'Politically Incorrect'
Gun Defense
By Larry Pratt
© 1999

Well, now. This is news! And good news, too. I mean, how often do you see anybody on national TV actually making sense when they talk about guns?
Right. Hardly ever. But, on ABC's Nov. 3 "Politically Incorrect" program, comedienne Vicki Lawrence and television's Judge Joe Brown had many common sense things to say about owning firearms. Judge Brown was raised in one of the toughest neighborhoods in South Central Los Angeles. He graduated with top honors from UCLA's Law School.
On this program, discussing the most recent workplace shootings in Hawaii by a man who legally owned the guns he used, Lawrence adamantly opposed taking guns away from responsible citizens saying, "You're not gonna ever get them off the streets. You're not gonna get them away from the gangs. You're not gonna do that. So, why are you gonna take them away from me?"
When the host of the show, Bill Maher, disputed the notion that victims of gun crime would have been safer if they had been armed, Brown, said, "Well, let's put it this way. I tell you what. I would have felt a lot better if when (in Hawaii), somebody walked in and said, 'All right, this is going down. I'm going to blow you away,' that somebody else (armed) would have been able to say, 'Well, you know, make my day. I got my stuff. Let's see if it works.' See, that way you're not holding your butt in your hand. You got something else showing."
When another guest on the program suggested that the shooter in Hawaii should have been legally limited to only two guns (instead of the 17 he reportedly owned), Brown said, to applause from the audience, "I mean, what difference does it make? If he had one or two, he could have done the same damage, but if you had your own, you could have stopped it. You want to give Big Brother more authority than he's already got? Goodness!"
When guest Peter Frampton, the rock-and-roll guitarist from England, said it was "ridiculous" to advocate that teachers in our public schools be armed, Brown said, "Tell you what, down in Arkansas a few years ago, some kid went amok with a pistol, and he started shooting the school up. The principal went out, got his .45 out of the trunk, drew down on the kid, he threw the gun down, (and this) stopped the tragedy."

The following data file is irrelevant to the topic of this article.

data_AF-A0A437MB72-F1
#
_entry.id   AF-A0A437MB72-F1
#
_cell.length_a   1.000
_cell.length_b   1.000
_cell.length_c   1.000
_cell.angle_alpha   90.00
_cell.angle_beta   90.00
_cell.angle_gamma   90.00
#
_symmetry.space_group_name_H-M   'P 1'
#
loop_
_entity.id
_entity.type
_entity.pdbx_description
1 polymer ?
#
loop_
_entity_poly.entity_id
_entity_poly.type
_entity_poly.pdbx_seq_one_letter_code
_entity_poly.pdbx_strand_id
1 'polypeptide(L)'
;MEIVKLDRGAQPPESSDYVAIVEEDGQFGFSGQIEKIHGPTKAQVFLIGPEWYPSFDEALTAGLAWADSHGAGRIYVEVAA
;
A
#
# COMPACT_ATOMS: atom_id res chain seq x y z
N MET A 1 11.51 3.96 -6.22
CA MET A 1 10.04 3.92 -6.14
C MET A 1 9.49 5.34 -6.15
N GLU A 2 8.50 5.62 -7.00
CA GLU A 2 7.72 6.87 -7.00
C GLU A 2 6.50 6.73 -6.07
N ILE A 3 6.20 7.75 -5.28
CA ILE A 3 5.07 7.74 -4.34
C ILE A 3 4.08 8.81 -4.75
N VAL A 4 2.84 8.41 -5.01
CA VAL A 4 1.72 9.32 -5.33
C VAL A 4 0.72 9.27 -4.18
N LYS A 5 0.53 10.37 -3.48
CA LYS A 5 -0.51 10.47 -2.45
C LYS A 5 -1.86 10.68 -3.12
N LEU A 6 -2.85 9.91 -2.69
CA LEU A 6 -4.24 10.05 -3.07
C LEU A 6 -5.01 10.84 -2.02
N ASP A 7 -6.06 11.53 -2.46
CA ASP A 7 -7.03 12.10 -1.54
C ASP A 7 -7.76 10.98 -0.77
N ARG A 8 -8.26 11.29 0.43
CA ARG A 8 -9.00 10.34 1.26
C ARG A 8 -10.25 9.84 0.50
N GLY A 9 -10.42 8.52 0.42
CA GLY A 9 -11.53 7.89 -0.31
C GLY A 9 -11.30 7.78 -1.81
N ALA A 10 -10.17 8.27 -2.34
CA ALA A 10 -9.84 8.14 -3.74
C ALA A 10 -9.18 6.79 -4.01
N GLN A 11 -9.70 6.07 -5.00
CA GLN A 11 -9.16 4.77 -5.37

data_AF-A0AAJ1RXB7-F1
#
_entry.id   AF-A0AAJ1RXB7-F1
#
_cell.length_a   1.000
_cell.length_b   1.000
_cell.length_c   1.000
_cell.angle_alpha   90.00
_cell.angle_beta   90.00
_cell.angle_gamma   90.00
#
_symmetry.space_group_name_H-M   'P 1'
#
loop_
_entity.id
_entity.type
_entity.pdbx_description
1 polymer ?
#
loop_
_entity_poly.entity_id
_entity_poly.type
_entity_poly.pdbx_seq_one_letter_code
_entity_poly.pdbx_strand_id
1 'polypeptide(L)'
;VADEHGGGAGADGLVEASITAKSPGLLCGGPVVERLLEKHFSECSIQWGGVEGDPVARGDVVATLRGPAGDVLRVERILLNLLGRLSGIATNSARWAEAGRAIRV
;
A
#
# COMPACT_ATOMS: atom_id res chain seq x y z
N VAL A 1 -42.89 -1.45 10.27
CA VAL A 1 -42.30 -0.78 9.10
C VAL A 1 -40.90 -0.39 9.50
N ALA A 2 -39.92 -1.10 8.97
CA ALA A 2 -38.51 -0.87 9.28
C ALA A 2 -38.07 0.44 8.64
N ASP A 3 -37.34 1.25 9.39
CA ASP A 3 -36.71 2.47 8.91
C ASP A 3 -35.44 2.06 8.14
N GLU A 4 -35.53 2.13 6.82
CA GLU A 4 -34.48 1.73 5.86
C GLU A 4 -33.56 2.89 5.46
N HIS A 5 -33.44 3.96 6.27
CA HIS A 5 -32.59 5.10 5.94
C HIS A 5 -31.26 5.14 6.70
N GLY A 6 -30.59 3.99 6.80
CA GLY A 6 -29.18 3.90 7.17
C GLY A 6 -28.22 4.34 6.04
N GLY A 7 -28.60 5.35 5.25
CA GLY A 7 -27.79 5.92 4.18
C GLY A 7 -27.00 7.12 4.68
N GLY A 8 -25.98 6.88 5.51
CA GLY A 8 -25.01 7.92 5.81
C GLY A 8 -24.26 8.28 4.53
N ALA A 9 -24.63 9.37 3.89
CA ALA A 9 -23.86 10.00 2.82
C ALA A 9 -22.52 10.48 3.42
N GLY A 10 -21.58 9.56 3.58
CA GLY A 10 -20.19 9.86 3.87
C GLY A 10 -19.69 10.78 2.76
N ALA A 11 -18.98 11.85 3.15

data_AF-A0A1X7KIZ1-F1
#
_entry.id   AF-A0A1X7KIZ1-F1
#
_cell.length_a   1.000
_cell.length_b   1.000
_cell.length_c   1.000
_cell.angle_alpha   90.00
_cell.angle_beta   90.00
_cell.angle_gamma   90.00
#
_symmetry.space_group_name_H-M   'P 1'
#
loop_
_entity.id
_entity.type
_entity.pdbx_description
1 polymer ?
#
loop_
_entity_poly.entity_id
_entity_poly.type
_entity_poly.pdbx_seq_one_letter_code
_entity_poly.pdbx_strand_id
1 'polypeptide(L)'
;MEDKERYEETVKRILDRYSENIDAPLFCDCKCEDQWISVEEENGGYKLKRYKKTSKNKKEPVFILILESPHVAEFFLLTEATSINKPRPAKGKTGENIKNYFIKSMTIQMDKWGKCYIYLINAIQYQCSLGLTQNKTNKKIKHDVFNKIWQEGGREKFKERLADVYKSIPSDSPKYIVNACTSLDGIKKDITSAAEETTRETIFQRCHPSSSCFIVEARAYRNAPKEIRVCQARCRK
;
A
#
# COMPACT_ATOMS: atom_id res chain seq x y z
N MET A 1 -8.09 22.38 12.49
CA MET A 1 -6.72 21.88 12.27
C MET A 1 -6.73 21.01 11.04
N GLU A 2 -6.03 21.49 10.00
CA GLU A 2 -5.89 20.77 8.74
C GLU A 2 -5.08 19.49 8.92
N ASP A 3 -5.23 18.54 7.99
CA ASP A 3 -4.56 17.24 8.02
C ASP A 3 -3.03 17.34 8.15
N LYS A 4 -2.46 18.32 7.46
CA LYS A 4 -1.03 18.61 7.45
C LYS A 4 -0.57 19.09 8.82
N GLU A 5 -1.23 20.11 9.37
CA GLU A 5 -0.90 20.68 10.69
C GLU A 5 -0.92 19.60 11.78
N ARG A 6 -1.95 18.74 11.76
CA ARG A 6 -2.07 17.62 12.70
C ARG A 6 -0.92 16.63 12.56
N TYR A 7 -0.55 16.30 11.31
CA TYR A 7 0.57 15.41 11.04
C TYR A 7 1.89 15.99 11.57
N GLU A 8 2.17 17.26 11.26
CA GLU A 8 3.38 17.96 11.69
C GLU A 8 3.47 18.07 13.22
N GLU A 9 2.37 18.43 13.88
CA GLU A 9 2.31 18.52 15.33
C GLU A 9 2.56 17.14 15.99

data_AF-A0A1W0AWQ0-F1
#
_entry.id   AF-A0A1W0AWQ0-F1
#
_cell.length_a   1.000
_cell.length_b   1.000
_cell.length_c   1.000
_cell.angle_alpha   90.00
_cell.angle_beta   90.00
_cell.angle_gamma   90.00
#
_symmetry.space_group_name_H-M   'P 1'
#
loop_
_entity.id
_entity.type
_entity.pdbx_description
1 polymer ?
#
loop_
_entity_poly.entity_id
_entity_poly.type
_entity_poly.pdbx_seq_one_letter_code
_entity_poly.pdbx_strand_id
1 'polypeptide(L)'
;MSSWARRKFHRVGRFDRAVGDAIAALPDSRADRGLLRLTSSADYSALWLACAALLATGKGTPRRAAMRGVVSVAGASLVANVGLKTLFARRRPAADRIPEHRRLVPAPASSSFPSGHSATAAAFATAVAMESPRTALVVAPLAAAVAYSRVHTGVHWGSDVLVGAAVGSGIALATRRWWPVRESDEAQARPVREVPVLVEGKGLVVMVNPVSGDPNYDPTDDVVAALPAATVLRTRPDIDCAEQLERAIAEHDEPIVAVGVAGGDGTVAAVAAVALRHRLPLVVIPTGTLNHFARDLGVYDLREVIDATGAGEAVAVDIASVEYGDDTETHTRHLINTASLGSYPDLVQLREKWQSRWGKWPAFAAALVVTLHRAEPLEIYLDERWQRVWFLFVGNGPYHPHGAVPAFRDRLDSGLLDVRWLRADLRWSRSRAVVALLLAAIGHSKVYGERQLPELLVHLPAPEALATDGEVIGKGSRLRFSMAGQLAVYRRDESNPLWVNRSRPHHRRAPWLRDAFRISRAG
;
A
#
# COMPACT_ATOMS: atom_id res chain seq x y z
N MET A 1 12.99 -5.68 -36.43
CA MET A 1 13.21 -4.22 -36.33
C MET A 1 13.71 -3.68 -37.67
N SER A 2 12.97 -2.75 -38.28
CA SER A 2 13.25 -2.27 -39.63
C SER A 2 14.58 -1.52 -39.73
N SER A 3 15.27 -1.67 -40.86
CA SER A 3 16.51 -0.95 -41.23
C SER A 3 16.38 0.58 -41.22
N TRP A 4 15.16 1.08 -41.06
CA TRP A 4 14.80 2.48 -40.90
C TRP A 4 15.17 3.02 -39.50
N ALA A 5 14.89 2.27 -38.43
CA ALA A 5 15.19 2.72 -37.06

"Now see, I've noticed this," said Brown, "I'll tell you as a criminal court judge, when you've got armed citizens, the crime drops."
What Brown is alluding to -- though his geography is a little off -- is a 1997 shooting in Pearl, Miss., where Luke Woodham shot two students to death and wounded seven others at Pearl High School. During this carnage, Assistant Principal Joel Myrick got a handgun from his truck, blocked the road as Woodham was on his way to kill some other students, and ordered him to the ground at gunpoint until police arrived. Myrick has said he has no doubt Woodham would killed more people if he had not been stopped since he had 36 rounds of ammo in his pocket when he was finally subdued.
Referring to the slaughter at Columbine High in Colorado, Lawrence said, "OK, let's talk about teachers. What if somebody had had a gun at Columbine? Could they not have shot those guys instead of getting on a cell phone? ... I ain't going into a public school unless I'm armed and dangerous."
So, let's hear it for Vicki Lawrence and Judge Joe Brown! -- two of our citizens who are not afraid to defend our Second Amendment rights. And on national TV, too. What a breath of fresh air.
Larry Pratt is executive director of Gun Owners of America, a national grassroots lobbying organization located in Springfield, Va.
By C Shinkawa" < 11-15-99
The terrible shootings in Hawaii, as expected, has brought out the agenda-driven calls for tougher gun laws.
There are a couple of things that were not generally known about this incident.
1. Hawaii already has the toughest gun laws in the nation, requiring every gun owned to be registered.
2. The Hawaii shooter had 17 guns registered to his name, but was denied a permit for an 18th, because a background check turned up the fact that he was involved in a property damage complaint (at Xerox!) subsequent to owning the 17th firearm.
3. The law that prevented him from owning the 18th firearm should have prevented him from owning any firearms at all. Upon the denial of a permit for an 18th firearm, the fact that this applicant already had 17 registered firearms was missed.
I suppose one could say that no tougher laws were needed in this case. The laws already on the books were not enforced. In reality though, would confiscating all 17 of this shooter's firearms prevented this multiple murder from taking place? I don't think so. I think that any individual who would want to own 18 firearms would probably have no problem acquiring firearms, registered or not, legally or not.
We can pass tougher gun laws, and that will make some of us feel good that America will be a safer place. I think we delude ourselves if we think that.
You know, this kind of thing never used to happen. What is it that causes people to "go off" like this now? It seems to me that there has been some sort of fundamental change in the American Culture. The way we think nowadays is different than even a couple of decades ago. What has caused this to happen?
-Cy Shinkawa